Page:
relocate- plunge, retract
    relocate- plunge, retract



    The reason for the fad is its new...and a fad.
    Ask a golfer, they'll offer up some reason...but as long as they are buying, ask me if I care.

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    I've done it with an engraving tool, it's just not as authentic as the real thing, which is indeed done with a fly cutter. The circles that are spaced farther apart are definitely done with a ball mill. Looks like I may have to get a fly cutter. Thanks BALLNH!

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    One might use a single point fly cutter with the shape of a 60 (or a 30*)included thread form with a .020 radius. Mill across .020 deep with a .040 feed-per-revolution to make the close marks as this would leave tool marks..…then with .040-.050 deep travel across with a 1"‘ feed per revolution. going right , then going left.
    Yes few mills would not have such a high feed rate, so moving across above the part and then plunge down at each 1” going right , then the same going left. Plunge at each 1" spot,long travel free/above between each plunge..

    Yes the cut arc would the diameter the fiy-cutter is set.

    Once you git the feel for this it would go very fast.

    Yes likely play with feed and depth until you get the look you like.

    Back in the 60s I did a few like that with using a diamond cup wheel using a tool and cutter grinder for carbide golf club pads. Yes that took more time than it was worth so I only did a few. Nowadays with a CNC machine it would be quick work.

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    Quote Originally Posted by BALNH View Post
    I’ve done that finish in 6061 with one of these

    B-52 Fly Cutter - Kristi Tool

    The bigger spacing grooves I would just use an engraving tool
    What kind of insert did you use to get the grooves, what kind of corner radius? Kristi doesn't make a B-52 in the size I need (1.25"), so I'm going to have to figure out another product.

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    That insert will not make the grooves you want due to it's trailing flat. You would have to notch the trailing flat leaving only the radius.
    A TPG cutter with a small radius might. Something that uses a VPxx might be better yet.
    As said above the plunge and move method is going to be best for the deeper circles.
    You need a pointy tool.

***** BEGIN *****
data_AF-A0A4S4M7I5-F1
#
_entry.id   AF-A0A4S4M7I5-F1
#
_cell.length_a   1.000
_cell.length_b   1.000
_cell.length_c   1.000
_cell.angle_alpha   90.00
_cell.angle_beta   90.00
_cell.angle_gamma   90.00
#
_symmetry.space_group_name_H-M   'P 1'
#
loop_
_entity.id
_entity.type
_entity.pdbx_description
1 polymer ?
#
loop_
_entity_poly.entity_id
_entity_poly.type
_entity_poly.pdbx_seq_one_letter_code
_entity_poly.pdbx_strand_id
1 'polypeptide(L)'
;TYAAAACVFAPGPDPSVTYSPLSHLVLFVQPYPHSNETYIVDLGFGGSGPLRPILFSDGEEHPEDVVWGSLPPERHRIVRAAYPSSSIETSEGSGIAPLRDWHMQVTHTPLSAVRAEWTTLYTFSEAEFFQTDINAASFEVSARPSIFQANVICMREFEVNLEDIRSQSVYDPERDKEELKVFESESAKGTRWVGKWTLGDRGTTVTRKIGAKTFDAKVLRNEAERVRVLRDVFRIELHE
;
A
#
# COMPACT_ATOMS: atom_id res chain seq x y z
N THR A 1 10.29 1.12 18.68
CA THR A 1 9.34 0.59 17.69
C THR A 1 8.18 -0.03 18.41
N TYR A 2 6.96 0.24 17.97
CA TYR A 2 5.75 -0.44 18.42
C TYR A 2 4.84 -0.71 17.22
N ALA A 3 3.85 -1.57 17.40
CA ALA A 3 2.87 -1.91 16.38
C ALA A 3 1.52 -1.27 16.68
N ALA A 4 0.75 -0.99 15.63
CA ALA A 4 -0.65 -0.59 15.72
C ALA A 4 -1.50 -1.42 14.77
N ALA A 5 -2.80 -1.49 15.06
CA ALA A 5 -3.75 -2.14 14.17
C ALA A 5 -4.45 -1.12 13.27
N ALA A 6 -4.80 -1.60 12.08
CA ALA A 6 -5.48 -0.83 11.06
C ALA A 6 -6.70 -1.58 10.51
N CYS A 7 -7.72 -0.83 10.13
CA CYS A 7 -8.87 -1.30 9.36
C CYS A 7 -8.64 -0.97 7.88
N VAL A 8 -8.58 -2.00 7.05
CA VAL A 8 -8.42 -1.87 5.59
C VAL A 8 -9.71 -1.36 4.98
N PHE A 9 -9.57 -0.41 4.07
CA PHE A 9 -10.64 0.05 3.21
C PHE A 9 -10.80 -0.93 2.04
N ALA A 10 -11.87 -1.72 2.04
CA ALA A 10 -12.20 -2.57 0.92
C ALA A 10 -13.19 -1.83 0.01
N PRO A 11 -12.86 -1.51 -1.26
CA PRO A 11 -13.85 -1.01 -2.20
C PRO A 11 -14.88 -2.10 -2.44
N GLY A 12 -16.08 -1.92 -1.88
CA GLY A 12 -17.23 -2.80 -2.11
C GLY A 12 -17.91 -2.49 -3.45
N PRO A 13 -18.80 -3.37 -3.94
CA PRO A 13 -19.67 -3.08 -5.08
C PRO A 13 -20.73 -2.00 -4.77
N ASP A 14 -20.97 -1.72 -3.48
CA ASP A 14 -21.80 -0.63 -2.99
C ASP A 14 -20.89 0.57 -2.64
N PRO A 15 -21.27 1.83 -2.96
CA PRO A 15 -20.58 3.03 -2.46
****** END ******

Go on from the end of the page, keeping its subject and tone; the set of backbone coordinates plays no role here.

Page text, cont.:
Bob

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    Wait...you started the thread about the chopped-up aluminum finish.

    Just put the old TPG tool back in the machine and start a NEW FAD!!!

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    I think the OP does not want a scattered or by luck finish.
    This in the domain of controlled, measurable and repeatable.
    One should be able to run SPC on this face and hold it day in and day out.
    Bob

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    Haha yep! I know right, to bad I literally threw it away *facepalm*. I was just thinking that that tool with some different inserts would have been perfect, ugh.

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    Quote Originally Posted by CarbideBob View Post
    I think the OP does not want a scattered or by luck finish.
    This in the domain of controlled, measurable and repeatable.
    One should be able to run SPC on this face and hold it day in and day out.
    Bob
    Exactly Bob!

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    Why buy a fly cutter. Get a piece of stock and mill a slot with one edge on center for a tool bit. HSS carbide or insert, couple set screws and your done.

    Or buy the 3 piece fly cut set...think its about $20. But then you have to wait...

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    The fine marks were probably done with[or could easily be done with] a fly cutter.

    The heavy marks are engraved. I really cannot see doing the plunge move repeat with the head tilted or whatever, be easier to interpolate it

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    The problem with a flycutter on a well squared VMC is that you will bet bidirectional toolmarks.

    However ...
    put the same tool on a Bridgeport, cock the head by a 1/2deg .... Voila!
    With power feed, it will be consistant and repeatable.

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    The fine marks are feed per rev and done with head nod or running uphill on square VMC (Z+ feed). One can see that in the edge to center widths.
    Both methods leave only the leading edge.
    The deep grooves are plunge circles. Note how they line up.
    Bob